Following yesterday afternoon’s win against China, the Great Britain national team and Luol Deng’s Olympic journey came to a close. Likely knowing that there would be speculation regarding the status of his wrist, he put the predictions to rest before they even had a chance to manifest themselves. According to KC Johnson of the Chicago Tribune, Luol Deng will either forgo surgery all-together or he’ll save it for next off-season.
Here’s what Deng had to say about the matter:
“Did I look like I needed (surgery)?” Deng said Monday evening. “I’m fine right now. I feel great. There are a lot of things I want to improve in my game that I want to focus on now. I want to be a better player than I was last year.”
Well, to be blunt, it did in fact look like he needed surgery. He may have scored nearly 16 points a game but his averages of 34% from the field and 20% from the international (shorter, by the way) three-point line didn’t quite make him the GB-saviour that fans envisioned. Combine that with the fact that his 41.2 percent shooting percentage in the past NBA regular season was his career-low and you’ve got to believe that some fans will remain unconvinced by Lu’s words.
It’s hard to understand a decision like this. It’s nor rational or beneficial to the Bulls title chances this upcoming season. Say Luol gets the surgery and misses the first two months of the season… if the Bulls manage to dig themselves in such a deep hole that they’ll miss the playoffs, the chances of the team being good enough to contend for a title with Deng and a hobbled Derrick Rose are slim to none.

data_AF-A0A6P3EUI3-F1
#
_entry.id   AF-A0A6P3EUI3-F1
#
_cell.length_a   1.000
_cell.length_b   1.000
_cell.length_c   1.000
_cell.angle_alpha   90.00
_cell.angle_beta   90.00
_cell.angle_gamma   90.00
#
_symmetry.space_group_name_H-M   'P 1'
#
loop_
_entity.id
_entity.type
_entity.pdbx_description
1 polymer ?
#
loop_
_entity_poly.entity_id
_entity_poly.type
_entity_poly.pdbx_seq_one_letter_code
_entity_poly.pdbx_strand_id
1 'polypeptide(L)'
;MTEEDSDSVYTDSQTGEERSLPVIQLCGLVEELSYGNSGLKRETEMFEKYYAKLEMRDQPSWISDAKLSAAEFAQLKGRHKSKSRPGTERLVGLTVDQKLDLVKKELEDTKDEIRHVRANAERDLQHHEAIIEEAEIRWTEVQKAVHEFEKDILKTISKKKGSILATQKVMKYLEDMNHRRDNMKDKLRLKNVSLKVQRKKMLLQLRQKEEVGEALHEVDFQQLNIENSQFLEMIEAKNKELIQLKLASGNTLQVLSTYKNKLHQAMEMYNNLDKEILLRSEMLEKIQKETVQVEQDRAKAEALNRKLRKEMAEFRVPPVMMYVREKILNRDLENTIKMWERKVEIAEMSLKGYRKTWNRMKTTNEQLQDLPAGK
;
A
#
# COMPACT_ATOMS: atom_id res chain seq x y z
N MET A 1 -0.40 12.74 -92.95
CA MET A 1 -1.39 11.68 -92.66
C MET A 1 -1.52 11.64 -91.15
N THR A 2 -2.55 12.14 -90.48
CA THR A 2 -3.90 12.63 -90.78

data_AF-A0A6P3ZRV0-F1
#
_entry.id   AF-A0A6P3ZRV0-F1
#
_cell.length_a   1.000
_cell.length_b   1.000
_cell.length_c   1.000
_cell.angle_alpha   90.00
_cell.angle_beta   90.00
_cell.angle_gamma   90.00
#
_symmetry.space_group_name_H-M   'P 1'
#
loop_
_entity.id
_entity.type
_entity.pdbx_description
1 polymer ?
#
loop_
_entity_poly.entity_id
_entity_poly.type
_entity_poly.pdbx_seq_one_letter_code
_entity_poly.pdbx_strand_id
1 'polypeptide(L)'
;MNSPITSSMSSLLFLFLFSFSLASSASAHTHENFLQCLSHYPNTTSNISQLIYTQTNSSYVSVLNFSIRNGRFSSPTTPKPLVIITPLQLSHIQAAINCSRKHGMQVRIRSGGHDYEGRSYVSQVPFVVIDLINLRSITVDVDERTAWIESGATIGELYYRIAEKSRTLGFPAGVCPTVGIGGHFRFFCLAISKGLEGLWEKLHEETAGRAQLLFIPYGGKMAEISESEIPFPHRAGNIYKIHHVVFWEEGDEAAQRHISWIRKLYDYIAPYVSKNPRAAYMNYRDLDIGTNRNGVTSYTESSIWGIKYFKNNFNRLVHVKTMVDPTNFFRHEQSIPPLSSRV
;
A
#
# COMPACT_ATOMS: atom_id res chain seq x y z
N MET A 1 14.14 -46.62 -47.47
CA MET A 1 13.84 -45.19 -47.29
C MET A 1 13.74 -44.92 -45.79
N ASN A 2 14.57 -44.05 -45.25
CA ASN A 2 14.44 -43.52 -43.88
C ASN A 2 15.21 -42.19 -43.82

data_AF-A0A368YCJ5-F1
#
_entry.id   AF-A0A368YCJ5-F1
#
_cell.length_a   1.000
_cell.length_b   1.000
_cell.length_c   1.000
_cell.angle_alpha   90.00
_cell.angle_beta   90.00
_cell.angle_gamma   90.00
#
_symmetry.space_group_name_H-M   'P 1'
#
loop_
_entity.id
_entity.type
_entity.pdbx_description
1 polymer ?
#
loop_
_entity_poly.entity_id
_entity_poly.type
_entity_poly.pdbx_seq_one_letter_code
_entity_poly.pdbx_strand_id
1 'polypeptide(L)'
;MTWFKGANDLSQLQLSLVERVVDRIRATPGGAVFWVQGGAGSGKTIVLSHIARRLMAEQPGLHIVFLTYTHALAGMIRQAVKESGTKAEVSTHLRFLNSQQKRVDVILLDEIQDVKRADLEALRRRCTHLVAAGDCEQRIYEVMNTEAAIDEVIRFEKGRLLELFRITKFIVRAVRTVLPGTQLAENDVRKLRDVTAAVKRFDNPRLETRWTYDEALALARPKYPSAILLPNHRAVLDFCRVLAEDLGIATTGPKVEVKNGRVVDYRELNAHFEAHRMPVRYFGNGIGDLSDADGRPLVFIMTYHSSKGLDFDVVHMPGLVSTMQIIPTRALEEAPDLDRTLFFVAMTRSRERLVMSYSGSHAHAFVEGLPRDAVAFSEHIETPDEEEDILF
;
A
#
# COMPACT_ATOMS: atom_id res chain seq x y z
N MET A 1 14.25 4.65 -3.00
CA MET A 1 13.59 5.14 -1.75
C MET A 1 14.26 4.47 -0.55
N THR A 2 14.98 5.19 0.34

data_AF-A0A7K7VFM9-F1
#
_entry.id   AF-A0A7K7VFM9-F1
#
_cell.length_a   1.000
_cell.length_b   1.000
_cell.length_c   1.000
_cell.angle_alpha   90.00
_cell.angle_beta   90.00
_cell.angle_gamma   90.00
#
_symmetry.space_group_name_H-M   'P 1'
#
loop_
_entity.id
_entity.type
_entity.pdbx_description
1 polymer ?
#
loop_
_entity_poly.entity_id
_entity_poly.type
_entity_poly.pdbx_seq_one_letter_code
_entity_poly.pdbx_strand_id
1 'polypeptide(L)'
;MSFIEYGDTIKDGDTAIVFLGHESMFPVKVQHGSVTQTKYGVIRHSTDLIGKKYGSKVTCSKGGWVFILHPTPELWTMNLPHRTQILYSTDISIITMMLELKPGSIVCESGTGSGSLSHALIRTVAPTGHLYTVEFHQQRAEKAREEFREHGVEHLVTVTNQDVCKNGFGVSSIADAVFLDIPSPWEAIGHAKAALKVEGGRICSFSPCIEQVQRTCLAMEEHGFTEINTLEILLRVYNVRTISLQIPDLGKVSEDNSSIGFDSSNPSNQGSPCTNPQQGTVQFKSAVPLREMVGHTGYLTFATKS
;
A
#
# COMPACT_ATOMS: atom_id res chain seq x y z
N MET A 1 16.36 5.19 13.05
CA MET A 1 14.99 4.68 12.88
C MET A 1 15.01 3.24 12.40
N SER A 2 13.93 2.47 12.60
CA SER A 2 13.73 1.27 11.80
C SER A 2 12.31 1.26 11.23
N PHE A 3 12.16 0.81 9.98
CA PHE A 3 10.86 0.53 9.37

Now, let’s say he forgoes the surgery and plays the entire 2012-2013 season. An exhausted, semi-injured Luol Deng and a hobbled Derrick Rose isn’t going to be enough to get past Lebron James and the Miami Heat, who will likely be gushing with playoff confidence by May. Chances are, if he doesn’t miss the first 15-20 games of the season, he’ll miss almost the same amount of time through-out the season trying to rest the wrist.
Here’s the worst part. All three of the most involved decision-makers are looking at the short-term benefits only. Tom Thibodeau’s wariness about injuries speaks for itself. Beating the crap out of Derrick Rose, Luol Deng and Rip Hamilton was no problem for him last season. The Bulls management had a meeting with Lu just before the Olympics to try to convince him not to play. He wouldn’t listen. His reasoning? He wanted to give back to Great Britain…
That was the kicker. Earlier this year, Deng was interviewed by ESPNChicago regarding his past few years as a Bull. Somewhere in that interview, he talked about the sadness he felt when he received a huge contract and found himself sidelined for significant portions of the next four years. Chances are, this is what Deng thinks is his way of giving back to Chicago.
Things like this are what makes Deng such a great person and player but if he really wants to do right by teammates and fans, he’ll get the surgery, be a good rehab partner to Derrick Rose, sit back and watch the Bulls lose and get ready for the 2013-2014 season with Shabazz Muhammad.